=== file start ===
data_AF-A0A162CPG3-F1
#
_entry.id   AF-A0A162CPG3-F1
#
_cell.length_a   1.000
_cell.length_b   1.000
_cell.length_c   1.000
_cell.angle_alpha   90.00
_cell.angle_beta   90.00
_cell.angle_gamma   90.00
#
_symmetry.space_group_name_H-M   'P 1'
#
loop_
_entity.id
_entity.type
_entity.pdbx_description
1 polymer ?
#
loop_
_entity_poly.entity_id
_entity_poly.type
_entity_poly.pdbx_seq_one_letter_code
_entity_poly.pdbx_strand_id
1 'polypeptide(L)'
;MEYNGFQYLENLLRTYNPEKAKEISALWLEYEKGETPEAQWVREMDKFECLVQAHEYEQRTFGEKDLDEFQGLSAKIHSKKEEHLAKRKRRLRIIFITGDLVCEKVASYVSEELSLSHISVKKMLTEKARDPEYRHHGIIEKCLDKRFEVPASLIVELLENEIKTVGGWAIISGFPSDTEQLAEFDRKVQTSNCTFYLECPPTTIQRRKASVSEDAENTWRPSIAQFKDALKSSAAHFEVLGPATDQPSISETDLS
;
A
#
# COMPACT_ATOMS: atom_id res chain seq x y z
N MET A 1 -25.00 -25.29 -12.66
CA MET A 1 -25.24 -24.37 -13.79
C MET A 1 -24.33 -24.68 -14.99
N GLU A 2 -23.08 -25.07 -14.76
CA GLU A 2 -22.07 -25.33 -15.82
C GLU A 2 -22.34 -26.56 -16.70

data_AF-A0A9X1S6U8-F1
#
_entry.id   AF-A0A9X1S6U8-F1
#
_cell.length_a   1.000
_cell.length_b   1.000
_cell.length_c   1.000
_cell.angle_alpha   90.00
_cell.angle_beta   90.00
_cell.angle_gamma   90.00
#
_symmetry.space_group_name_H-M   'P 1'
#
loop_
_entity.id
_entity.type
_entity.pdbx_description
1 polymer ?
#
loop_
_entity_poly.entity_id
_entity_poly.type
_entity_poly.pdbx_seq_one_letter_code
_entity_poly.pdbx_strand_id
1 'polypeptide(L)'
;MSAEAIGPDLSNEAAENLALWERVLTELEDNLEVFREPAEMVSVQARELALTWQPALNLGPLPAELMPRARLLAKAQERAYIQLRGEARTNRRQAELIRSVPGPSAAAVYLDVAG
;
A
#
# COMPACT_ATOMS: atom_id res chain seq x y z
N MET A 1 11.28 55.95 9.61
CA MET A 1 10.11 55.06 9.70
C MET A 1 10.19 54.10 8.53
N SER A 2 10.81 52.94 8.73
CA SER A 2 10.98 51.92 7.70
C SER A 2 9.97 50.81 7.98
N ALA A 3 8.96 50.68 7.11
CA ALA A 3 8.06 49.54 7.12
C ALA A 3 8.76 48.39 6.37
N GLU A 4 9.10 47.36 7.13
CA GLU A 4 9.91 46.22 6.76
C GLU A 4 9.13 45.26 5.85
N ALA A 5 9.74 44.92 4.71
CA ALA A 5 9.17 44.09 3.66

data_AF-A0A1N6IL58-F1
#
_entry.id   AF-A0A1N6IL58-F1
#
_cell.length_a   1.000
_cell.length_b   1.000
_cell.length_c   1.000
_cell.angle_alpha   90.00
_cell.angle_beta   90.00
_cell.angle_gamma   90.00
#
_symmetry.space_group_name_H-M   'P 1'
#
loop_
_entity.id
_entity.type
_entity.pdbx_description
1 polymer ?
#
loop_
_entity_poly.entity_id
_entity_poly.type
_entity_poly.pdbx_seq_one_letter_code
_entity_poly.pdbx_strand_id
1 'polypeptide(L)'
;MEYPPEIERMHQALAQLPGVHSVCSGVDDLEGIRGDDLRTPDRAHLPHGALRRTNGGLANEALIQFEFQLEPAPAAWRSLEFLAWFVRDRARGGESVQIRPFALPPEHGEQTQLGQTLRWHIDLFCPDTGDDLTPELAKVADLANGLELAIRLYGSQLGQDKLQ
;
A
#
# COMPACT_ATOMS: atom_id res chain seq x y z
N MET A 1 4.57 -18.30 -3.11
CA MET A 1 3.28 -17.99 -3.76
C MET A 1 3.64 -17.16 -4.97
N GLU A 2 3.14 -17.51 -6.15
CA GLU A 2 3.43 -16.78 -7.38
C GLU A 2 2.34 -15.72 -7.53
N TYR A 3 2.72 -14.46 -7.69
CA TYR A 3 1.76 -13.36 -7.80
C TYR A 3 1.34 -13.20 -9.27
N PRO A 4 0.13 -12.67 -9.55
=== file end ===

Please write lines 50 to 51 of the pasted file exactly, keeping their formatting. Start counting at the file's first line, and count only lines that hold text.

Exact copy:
loop_
_entity.id